A former president describes Andrés Manuel López Obrador’s fourth transformation of Mexico as little more than a new face of the Institutional Revolutionary Party, or PRI.
Felipe Calderón Hinojosa said the phrase “fourth transformation” was “pretentious.”
” . . . It looks more like the fourth transformation of PRI . . . it’s the fourth transformation of a regime that has done a lot of damage to Mexico,” said the ex-president, who escalated the war on drugs, one of the bloodiest chapters in the nation’s history, during his term between 2006 and 2012.
Mexico’s first three transformations were independence from Spain, the 19th-century liberal reform known as La Reforma and the Mexican Revolution.
Calderón made the comments during an interview with broadcaster Grupo Fórmula, at which he confirmed he might seek to create a new political party next year that would act as a counterweight to the new government.
A longtime member of the conservative National Action Party (PAN), his loyalty — and that of many other party members — was shaken by the party’s election campaign alliance with the leftist Democratic Revolution Party. The coalition was engineered by former PAN president Ricardo Anaya, who went on to become its presidential candidate, placing a distant second behind López Obrador.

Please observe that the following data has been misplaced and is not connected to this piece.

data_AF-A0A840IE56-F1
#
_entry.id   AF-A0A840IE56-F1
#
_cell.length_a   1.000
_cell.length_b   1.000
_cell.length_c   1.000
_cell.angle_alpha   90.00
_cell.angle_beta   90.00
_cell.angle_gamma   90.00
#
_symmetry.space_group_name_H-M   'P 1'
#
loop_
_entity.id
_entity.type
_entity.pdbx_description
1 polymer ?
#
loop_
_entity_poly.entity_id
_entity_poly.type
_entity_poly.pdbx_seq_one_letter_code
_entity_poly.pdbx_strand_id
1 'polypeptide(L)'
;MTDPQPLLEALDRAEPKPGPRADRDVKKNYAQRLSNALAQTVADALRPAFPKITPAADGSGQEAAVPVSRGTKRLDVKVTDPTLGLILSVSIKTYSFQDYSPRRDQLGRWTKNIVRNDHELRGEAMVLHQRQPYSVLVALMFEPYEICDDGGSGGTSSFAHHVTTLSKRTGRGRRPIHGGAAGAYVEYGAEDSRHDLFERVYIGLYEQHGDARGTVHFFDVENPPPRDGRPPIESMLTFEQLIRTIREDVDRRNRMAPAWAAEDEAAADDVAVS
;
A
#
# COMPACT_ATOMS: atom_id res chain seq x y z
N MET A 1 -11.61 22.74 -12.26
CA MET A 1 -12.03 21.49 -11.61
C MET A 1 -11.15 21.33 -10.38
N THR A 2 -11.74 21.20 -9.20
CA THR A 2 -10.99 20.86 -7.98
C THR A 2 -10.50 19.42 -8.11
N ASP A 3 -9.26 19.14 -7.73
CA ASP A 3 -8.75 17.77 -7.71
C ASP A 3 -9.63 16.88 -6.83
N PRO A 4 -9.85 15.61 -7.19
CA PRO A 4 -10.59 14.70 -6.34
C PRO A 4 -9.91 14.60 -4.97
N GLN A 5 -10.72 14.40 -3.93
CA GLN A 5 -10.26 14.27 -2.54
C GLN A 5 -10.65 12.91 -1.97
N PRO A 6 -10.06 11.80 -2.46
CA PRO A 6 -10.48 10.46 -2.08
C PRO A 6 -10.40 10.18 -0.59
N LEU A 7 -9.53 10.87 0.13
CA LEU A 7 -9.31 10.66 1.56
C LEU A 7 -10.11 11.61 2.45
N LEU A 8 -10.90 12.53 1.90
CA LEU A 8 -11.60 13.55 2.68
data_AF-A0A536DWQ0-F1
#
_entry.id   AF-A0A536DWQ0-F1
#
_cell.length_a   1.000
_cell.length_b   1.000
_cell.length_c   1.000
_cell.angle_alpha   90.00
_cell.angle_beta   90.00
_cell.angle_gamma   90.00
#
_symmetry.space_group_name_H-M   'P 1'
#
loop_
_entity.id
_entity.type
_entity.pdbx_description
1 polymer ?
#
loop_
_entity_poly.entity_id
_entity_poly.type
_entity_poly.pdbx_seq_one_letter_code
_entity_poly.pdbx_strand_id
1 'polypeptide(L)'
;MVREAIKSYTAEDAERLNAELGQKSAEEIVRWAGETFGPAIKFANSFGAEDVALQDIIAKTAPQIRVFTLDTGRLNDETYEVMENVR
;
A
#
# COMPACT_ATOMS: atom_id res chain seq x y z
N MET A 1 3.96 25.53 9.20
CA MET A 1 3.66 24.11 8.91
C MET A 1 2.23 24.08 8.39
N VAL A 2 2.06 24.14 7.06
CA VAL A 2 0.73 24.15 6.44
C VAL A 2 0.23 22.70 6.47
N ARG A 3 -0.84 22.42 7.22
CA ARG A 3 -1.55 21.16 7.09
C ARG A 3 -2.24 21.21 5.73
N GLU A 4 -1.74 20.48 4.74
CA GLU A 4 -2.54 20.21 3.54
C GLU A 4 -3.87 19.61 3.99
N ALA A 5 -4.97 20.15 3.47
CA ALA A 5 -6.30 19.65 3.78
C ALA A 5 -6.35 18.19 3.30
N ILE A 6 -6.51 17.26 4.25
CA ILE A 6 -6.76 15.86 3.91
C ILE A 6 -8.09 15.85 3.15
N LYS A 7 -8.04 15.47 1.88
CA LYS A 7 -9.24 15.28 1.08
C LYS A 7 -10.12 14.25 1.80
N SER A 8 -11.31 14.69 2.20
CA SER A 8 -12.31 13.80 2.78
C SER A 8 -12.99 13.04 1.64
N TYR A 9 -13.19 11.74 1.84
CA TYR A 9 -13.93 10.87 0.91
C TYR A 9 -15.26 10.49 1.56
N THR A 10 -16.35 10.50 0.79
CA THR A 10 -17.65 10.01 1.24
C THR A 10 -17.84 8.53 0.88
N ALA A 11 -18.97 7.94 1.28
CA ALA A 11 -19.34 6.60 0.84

Calderón said the PAN has been “completely destroyed” and incapable of confronting the new government.
“There are citizens asking the question, ‘What are we going to do now?’ and they have no place to go.” A new political party with a commitment to ethical standards and not just politics is required, he said.
However, he said the party could remedy the situation by choosing veteran politician Manuel Gómez Morín as its new president because it is currently controlled “by the group that destroyed it.” Whether he goes ahead with the launch of a new party will be decided in large measure by the choice the PAN makes, Calderón said.
Calderón also brought up the highly-criticized invitation to Venezuelan President Nicolás Maduro to attend López Obrador’s inauguration on December 1. Calderón observed that Maduro’s predecessor, Hugo Chávez, was a guest at his own swearing-in ceremony but pointed out that “the current human rights crisis did not exist” in that country at the time.
“At present Maduro is a symbol for authoritarianism. For the sake of democratic consistency he should not be at the inauguration.”
Source: El Financiero (sp)